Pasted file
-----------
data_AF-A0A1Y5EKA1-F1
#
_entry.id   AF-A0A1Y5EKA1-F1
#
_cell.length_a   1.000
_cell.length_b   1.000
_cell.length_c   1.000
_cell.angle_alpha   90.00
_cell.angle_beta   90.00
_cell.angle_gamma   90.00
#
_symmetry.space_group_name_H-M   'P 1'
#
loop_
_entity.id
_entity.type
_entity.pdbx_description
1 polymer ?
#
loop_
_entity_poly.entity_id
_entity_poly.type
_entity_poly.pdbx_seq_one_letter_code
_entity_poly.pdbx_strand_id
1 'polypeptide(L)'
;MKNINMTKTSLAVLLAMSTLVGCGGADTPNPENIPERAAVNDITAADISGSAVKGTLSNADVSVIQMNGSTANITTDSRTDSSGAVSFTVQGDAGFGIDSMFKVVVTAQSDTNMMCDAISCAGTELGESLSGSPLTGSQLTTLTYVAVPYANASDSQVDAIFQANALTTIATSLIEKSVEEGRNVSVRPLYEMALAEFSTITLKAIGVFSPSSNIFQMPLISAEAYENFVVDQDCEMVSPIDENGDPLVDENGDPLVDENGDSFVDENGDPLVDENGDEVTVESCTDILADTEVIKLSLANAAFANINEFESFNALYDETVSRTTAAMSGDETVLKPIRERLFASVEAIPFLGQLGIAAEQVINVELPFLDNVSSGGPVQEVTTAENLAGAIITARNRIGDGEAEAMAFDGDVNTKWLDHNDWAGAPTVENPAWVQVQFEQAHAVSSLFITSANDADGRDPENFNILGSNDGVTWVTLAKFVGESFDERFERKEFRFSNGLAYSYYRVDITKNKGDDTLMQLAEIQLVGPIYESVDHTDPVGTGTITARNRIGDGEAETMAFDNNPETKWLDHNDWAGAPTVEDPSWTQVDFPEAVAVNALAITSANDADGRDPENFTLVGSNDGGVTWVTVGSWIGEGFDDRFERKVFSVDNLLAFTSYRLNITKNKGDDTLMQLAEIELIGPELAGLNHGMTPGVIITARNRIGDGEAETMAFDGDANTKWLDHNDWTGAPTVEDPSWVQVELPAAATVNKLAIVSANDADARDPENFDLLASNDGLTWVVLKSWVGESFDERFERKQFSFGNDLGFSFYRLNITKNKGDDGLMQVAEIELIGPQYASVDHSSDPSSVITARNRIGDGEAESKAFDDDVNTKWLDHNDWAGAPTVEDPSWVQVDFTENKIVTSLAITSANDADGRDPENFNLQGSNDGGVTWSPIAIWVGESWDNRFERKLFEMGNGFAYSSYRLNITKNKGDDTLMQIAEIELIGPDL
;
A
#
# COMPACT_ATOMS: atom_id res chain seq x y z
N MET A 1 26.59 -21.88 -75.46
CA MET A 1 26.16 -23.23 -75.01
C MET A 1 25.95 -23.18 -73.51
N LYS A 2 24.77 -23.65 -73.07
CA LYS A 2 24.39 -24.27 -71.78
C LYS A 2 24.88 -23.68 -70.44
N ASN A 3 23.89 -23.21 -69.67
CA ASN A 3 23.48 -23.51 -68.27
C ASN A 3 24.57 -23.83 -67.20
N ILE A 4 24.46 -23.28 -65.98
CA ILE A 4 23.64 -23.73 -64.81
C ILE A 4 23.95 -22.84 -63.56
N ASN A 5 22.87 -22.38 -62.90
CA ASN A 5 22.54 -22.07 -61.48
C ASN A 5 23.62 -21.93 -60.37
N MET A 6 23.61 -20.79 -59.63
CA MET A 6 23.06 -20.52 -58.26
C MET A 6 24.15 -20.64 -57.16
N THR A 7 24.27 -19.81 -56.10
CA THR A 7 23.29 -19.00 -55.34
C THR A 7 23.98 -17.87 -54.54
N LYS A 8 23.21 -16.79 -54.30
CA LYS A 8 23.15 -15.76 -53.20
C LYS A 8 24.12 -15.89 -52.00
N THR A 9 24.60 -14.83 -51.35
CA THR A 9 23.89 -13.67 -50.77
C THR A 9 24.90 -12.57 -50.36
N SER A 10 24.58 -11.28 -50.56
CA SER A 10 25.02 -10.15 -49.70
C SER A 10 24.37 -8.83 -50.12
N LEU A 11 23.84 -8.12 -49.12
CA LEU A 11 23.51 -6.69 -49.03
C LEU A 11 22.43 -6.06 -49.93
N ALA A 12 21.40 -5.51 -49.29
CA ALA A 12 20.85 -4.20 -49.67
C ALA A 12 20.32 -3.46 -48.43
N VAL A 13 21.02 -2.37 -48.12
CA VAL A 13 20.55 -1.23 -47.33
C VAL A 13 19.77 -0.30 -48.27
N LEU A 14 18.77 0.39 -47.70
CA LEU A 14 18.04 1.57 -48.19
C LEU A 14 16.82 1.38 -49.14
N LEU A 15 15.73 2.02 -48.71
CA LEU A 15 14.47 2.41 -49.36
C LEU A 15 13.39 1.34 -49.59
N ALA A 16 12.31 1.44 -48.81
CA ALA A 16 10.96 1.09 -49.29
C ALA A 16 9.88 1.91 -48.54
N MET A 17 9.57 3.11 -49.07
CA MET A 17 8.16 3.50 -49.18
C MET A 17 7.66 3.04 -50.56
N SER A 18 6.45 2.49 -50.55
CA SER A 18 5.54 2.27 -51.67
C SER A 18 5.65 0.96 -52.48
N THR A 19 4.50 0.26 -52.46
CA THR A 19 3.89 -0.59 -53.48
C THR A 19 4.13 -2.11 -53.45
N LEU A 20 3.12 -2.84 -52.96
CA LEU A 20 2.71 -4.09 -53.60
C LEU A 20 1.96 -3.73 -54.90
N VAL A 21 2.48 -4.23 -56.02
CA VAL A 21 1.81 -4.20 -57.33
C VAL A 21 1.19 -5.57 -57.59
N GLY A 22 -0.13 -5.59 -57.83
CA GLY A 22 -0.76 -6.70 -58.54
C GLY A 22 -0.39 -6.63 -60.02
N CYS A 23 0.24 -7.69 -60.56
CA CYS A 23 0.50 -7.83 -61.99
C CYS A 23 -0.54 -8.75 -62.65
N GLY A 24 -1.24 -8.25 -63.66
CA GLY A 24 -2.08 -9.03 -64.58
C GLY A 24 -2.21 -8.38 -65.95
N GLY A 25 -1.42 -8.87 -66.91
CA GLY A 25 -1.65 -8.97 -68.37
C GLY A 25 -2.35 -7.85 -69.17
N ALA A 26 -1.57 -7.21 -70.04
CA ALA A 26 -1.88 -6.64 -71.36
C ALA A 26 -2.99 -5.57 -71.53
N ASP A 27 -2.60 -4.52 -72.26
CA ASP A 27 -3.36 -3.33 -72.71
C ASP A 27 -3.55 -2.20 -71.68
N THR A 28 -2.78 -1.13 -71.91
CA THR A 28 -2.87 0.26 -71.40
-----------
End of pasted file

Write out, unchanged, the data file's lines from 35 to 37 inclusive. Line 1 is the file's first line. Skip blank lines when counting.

CA LYS A 2 24.39 -24.27 -71.78
C LYS A 2 24.88 -23.68 -70.44
N ASN A 3 23.89 -23.21 -69.67